Street Food Rules And Regulations Food Truckers Should Know About


Editor’s Note: Today we’re excited to present a post from Ronald Mccarthy.

Food trucks seem to be on the rise all over the country as people go down the path of being self-employed and working remotely. In such circumstances, the idea of owning a self-run mobile food business seems like a good one. A mobile food business can take the form of a food truck but like any other restaurant, it can have its own culinary identity and social value.

Food trucks are much easier to start than a restaurant and they can become a viable source of income for a family. Whether you are trying to make money to improve your finances or if you are fulfilling a lifelong dream of making burgers on the go; before you start your street food enterprise remember to check and follow these rules and regulations to make your endeavor safe and in compliance with all the legal requirements.

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1. Licensing

All businesses need licenses or permits to do business legally. Similarly, a mobile food business also requires permits for all the cities it wants to operate in, and not just the location it originated from. In most cases, a food business needs a food service business license, a food safety permit and a general business license. If your street food business serves alcohol, then you would also need a license for that. US Small Business Administration’s website can serve as a great tool to find what particular permits your business will need.

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2. Insurance

Some states require that your mobile business must be covered by insurance. This means that if you are using a food truck or a car in your state, it might be required that you buy commercial car insurance. In most fairs and festivals, where you might want to take your vehicle to benefit from a big crowd, you would need a general liability insurance. For businesses that employ workers, it would be required for them to pay for a worker’s insurance. Your state’s website can help you find what insurance your business requires.


3. Health And Safety Regulations

Food safety regulations state that those selling the food are responsible for it and that the food must be safe to eat in terms of its hygiene, allergen ingredients and cooking particularities. A food training course will equip you with all the information you need, like contamination knowledge, and food holding temperatures, to start your food business in a safe and legal way.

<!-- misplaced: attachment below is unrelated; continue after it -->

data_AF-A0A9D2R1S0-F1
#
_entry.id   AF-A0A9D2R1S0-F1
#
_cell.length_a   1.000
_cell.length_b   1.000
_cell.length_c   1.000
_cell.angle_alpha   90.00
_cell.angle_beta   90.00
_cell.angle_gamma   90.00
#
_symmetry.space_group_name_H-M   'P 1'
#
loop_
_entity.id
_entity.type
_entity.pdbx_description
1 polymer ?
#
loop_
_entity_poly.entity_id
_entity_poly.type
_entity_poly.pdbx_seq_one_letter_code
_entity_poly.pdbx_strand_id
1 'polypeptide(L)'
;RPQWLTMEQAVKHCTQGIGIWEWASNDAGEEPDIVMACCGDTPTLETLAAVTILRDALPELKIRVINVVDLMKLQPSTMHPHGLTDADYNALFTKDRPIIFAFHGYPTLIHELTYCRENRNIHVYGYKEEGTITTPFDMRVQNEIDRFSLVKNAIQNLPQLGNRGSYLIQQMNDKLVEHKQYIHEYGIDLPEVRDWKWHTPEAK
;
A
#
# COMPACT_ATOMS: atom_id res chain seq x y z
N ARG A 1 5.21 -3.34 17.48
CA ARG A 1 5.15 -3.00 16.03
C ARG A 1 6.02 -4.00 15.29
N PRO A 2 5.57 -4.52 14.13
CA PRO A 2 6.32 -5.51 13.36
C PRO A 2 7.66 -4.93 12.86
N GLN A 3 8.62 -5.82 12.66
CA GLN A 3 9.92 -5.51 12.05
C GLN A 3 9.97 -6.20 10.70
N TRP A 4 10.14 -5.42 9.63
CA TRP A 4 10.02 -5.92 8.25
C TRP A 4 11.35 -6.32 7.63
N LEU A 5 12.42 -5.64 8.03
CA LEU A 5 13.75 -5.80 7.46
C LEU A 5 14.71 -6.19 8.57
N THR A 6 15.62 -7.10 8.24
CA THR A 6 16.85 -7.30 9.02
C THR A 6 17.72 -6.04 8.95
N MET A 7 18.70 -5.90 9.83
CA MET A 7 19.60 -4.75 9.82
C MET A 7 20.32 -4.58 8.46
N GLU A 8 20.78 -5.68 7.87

All food preparation enterprises come under the food and beverage industry and need to comply with the concession businesses rules and laws according to their localities. There are also special laws for vendors in some states, so that should also be checked.

For optimal safety of health, most food industry businesses are required to go through a food safety exam in which an official inspection may take place. There are more than 500 concession contracts under The National Park Service, which conducts periodic inspections of its contract holders and keeps an eye on their tariffs and price lists, as per their regulatory role in the industry.

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4. Location And Parking Regulations

According to different states and city councils, different locational rules and regulations are applied on the food businesses. This depends on the place you want to park your truck during its operation and where you want to go with it if you keep it totally mobile. For those food truckers who want to keep switching between different cities and states, road route map applications will help in the routes that your vehicle can take while your city government’s laws will tell you whether you can operate in commercial, residential or public spaces. The land where your business will be standing will also need to go through a zoning check, so make sure before you start that the owner of the land has done that.

5. Gas And Electrical Safety CertificatesRules

Since your business is primarily about cooking, you will be using either a lot of gas or electricity to get that done. Not only do your gas and electrical equipment need to be in accordance with the laws but they also need to check for safety hazards on a bi-yearly or annual basis. For both gas and electricity, there will be different authorities within your city’s institutions that will govern this aspect.

So make sure before you start trading that your business follows these rules so you can fulfill your dream without any hurdles or legal shortcomings.

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About the Author

FoodTruckr is the #1 online destination for current and aspiring food truck owners looking to succeed in the mobile food industry. Self described “food truck devotees,” the FoodTruckr team enjoys reading about successful entrepreneurs, salivating over photos of burritos on Twitter, and long walks through food truck parks. Chat with FoodTruckr on Facebook or check out the FoodTruckr School podcast for more awesome tips to level up your business.

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